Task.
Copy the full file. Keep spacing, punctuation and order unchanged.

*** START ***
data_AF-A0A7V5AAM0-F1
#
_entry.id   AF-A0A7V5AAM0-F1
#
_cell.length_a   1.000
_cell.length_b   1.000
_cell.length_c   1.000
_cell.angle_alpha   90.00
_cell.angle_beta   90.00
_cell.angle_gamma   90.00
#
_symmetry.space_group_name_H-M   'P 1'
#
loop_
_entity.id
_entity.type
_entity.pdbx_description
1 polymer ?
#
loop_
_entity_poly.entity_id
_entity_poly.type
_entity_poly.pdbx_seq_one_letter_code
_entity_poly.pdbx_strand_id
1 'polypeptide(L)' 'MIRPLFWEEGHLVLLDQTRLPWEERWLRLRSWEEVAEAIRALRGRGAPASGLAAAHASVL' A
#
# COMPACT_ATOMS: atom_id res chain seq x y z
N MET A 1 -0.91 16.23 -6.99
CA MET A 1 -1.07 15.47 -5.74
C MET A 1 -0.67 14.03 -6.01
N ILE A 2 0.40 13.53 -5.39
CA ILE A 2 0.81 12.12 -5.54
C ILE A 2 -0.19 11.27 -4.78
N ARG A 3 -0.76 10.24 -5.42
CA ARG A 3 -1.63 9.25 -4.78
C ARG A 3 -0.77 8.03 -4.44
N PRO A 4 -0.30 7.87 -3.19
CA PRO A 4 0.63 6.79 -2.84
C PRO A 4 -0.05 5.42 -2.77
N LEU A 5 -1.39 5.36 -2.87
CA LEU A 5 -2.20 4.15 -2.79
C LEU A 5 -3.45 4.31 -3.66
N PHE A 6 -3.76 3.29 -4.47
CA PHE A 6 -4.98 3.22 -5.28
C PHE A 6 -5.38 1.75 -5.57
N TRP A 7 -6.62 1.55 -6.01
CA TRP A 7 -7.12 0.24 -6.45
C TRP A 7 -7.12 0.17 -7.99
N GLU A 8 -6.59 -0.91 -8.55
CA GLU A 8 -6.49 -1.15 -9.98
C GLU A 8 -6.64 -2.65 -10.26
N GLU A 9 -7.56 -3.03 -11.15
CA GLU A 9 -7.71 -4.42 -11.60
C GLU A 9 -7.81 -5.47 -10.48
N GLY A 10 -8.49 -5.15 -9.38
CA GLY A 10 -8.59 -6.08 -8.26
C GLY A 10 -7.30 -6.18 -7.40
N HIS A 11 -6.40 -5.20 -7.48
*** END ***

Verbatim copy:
data_AF-A0A7V5AAM0-F1
#
_entry.id   AF-A0A7V5AAM0-F1
#
_cell.length_a   1.000
_cell.length_b   1.000
_cell.length_c   1.000
_cell.angle_alpha   90.00
_cell.angle_beta   90.00
_cell.angle_gamma   90.00
#
_symmetry.space_group_name_H-M   'P 1'
#
loop_
_entity.id
_entity.type
_entity.pdbx_description
1 polymer ?
#
loop_
_entity_poly.entity_id
_entity_poly.type
_entity_poly.pdbx_seq_one_letter_code
_entity_poly.pdbx_strand_id
1 'polypeptide(L)' 'MIRPLFWEEGHLVLLDQTRLPWEERWLRLRSWEEVAEAIRALRGRGAPASGLAAAHASVL' A
#
# COMPACT_ATOMS: atom_id res chain seq x y z
N MET A 1 -0.91 16.23 -6.99
CA MET A 1 -1.07 15.47 -5.74
C MET A 1 -0.67 14.03 -6.01
N ILE A 2 0.40 13.53 -5.39
CA ILE A 2 0.81 12.12 -5.54
C ILE A 2 -0.19 11.27 -4.78
N ARG A 3 -0.76 10.24 -5.42
CA ARG A 3 -1.63 9.25 -4.78
C ARG A 3 -0.77 8.03 -4.44
N PRO A 4 -0.30 7.87 -3.19
CA PRO A 4 0.63 6.79 -2.84
C PRO A 4 -0.05 5.42 -2.77
N LEU A 5 -1.39 5.36 -2.87
CA LEU A 5 -2.20 4.15 -2.79
C LEU A 5 -3.45 4.31 -3.66
N PHE A 6 -3.76 3.29 -4.47
CA PHE A 6 -4.98 3.22 -5.28
C PHE A 6 -5.38 1.75 -5.57
N TRP A 7 -6.62 1.55 -6.01
CA TRP A 7 -7.12 0.24 -6.45
C TRP A 7 -7.12 0.17 -7.99
N GLU A 8 -6.59 -0.91 -8.55
CA GLU A 8 -6.49 -1.15 -9.98
C GLU A 8 -6.64 -2.65 -10.26
N GLU A 9 -7.56 -3.03 -11.15
CA GLU A 9 -7.71 -4.42 -11.60
C GLU A 9 -7.81 -5.47 -10.48
N GLY A 10 -8.49 -5.15 -9.38
CA GLY A 10 -8.59 -6.08 -8.26
C GLY A 10 -7.30 -6.18 -7.40
N HIS A 11 -6.40 -5.20 -7.48